Personal Writing Challenge Progress!

Thursday, May 11, 2017

Here's the basic rundown of how my personal writing challenge has been going so far:

Day One:

I am enthusiastic and ready to go. I eat dark chocolate to keep myself alert and lemon water to keep hydrated. To overcome my tendency to over-edit while typing, I try to keep usage of the backspace button to a minimum. Instead, I move my cursor to where I made the mistake and continue typing without erasing what I did before. I've found that this is a better medium between being in the moment and editing.  After all the typing my hands felt a little crampy. Made plans to use Swype instead next time.

Time: 2 hours 30 min
Words: 2,000

Day Two:

When I come out of my room my husband says to me, "You're really playing up the disheveled writer look."

"I'm not trying to," I say, afraid of how naturally the stereotype came to me. I wore a relaxed, button up blouse, a just above knee length, casual skirt, and my hair was loose and frizzy. And the fact that I wear glasses didn't help. Guess I just need to own up to the fact that I am a disheveled writer right now.

I used Swype, and just as I thought, it's slower. However, I have less of an urge to correct myself. I decided to go back to typing on Day 3.

Time: 2 hours 50 minutes
Words: 2,069

Day Three:
Since I didn't like the idea of having hand cramps from typing, I introduced the Pomodoro method to my writing time. I've used it for other things and didn't really care for it, but for writing, it is killer. I ate more chocolate and used my Pomodoro breaks to exercise. Not bad. I take the leap and turn off spellcheck.

Time: 1 hour 40 minutes
Words: 2,000

Day Four:

I listen to A9 on repeat as I write. I think about buying more Japanese and Korean music because I love the songs, and I'm not distracted by the lyrics. I'm typing and now have added coffee to the mix. I blame my fast typing on the cat-eared hat that I wear while I'm writing.

Time: 1 hour 40 minutes
Words: 2,500

Day Five:

After day four I was feeling totally tired, so I decided to dial back the amount of time that I was writing. Still typing on my computer and using Pomodoro breaks to workout. I swore that next time I'm going to make my own iced coffee because I can make better ice coffee than what comes in those cartons from the store. I am amazed by how plot twists are coming to me naturally. I do have an outline, but sometimes things happen in a story that are unplanned by the writer that adds some spice and surprise. That's happening to me more often now, and I'm thrilled.

Time: 1 hour 20 minutes
Words: 2,080

Notes:  While doing this my husband often asks me if it's tiring. It is sort of, although it takes not much more time than watching a movie. I think the hardest thing is that when I know it's the start of a new session my mind is like, "There is no way you can write that much!" But when I sit down and start typing, I do it. Every single time. So the hardest part is struggling against that mental wall when I sit in the chair. But once I get going, I cannot believe how naturally the words are coming to me.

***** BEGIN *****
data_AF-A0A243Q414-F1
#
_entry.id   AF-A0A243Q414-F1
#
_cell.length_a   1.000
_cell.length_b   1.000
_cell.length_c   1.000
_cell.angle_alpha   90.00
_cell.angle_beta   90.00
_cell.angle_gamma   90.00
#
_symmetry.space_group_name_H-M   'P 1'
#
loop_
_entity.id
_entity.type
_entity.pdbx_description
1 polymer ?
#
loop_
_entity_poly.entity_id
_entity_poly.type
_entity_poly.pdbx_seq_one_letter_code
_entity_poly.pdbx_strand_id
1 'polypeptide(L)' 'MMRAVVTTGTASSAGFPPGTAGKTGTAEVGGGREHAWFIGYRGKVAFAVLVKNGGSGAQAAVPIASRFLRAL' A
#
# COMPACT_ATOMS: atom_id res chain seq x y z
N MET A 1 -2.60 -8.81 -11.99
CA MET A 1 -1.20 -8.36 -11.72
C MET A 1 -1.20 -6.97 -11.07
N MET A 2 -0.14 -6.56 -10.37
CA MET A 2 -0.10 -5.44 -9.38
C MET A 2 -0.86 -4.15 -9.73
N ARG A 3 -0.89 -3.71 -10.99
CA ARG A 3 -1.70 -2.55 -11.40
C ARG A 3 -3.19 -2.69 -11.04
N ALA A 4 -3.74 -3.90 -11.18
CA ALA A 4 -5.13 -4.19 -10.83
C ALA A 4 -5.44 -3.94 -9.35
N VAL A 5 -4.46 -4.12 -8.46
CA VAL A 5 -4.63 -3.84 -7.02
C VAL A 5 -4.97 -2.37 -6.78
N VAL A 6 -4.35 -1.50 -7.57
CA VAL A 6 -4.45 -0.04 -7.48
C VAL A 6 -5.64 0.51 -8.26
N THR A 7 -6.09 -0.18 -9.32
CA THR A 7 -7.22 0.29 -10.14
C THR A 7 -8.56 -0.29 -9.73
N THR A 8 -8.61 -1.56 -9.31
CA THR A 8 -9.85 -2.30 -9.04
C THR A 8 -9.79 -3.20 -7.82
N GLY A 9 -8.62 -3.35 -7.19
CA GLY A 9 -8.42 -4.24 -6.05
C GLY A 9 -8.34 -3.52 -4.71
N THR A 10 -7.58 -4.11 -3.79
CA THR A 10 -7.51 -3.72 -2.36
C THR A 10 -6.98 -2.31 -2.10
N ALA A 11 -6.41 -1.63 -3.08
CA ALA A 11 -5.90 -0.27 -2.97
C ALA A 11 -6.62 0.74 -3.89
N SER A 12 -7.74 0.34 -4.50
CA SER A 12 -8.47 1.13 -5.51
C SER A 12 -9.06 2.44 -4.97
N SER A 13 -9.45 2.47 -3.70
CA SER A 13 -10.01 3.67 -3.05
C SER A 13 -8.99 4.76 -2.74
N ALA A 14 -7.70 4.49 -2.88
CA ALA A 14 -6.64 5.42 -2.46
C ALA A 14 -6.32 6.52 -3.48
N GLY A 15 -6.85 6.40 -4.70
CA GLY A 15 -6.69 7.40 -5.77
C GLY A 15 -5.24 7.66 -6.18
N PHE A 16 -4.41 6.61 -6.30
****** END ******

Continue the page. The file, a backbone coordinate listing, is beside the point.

1. Really enjoyed this post. I love all the word pictures you write (I can see you in the car eared hat). I too prefer to type my stories tho I am not very diligent when it comes to doing that. I am in awe of writers like you and my hubby who can do this daily - you are an inspiration!

  2. Really enjoyed this post. I love all the word pictures you write (I can see you in the car eared hat). I too prefer to type my stories tho I am not very diligent when it comes to doing that. I am in awe of writers like you and my hubby who can do this daily - you are an inspiration!

  3. Ahah I enjoyed your post so much I got inspired to do something similiar :-D to see if I can finish my first draft that's taking way too long! I hope your challenge is going well! I just discovered your fantastic blog while doing an online search to try to understand how bad comic book artists need writers for the artistic works. Do you have any thoughts about that? :-) I also like to write comic books scripts (still in the early stage here, but keeping on!). Would you give your opinion about my scripts as an artist? I don't have many opportunities to receive feedback:
    My blog is mostly in portuguese, but I have some scripts also in english :-)

    1. That's really neat! The challenge went well for me. I finished not only the first draft of the novel I was having issues with, but I also was able to get ahead start on another one. I was really surprised with how much progress I was able to make. I hope you're able to make some progress too. When I was actively creating comics I did notice that it was common for artists to look for writers and the other way around. In fact on webcomic communities like Smackjeeves or Tapastic, it's not unusual for them to have discussion board threads with the main purpose of connecting artists and writers. I think even Deviant Art has some communities with that purpose.

      Thanks for sharing a link to your blog! I'll be glad to leave you some feedback. Just be a little patient with me because I like to have time to read over things fully and visualize them, so I'm a little slow with my responses.

    2. For all your progress, congratulations! Would you recommend "No Plot, No Problem! by Chris Baty" to others to read? What was your opinion about the book?
      Regarding my blog, take your time to visit it ;) I will visit the webcomic communities you suggested. Thank you for those!

    3. Yes, I would because I found it motivating, and I like how it encourages having a fun and adventurous attitude towards writing, which sometimes can start feeling like a chore. Although the book is geared towards those who do NaNoWriMo, and I'm not sure if I'll be taking on that kind of challenge anytime soon, I found some nice tips in the book that I've made part of my regular writing practice.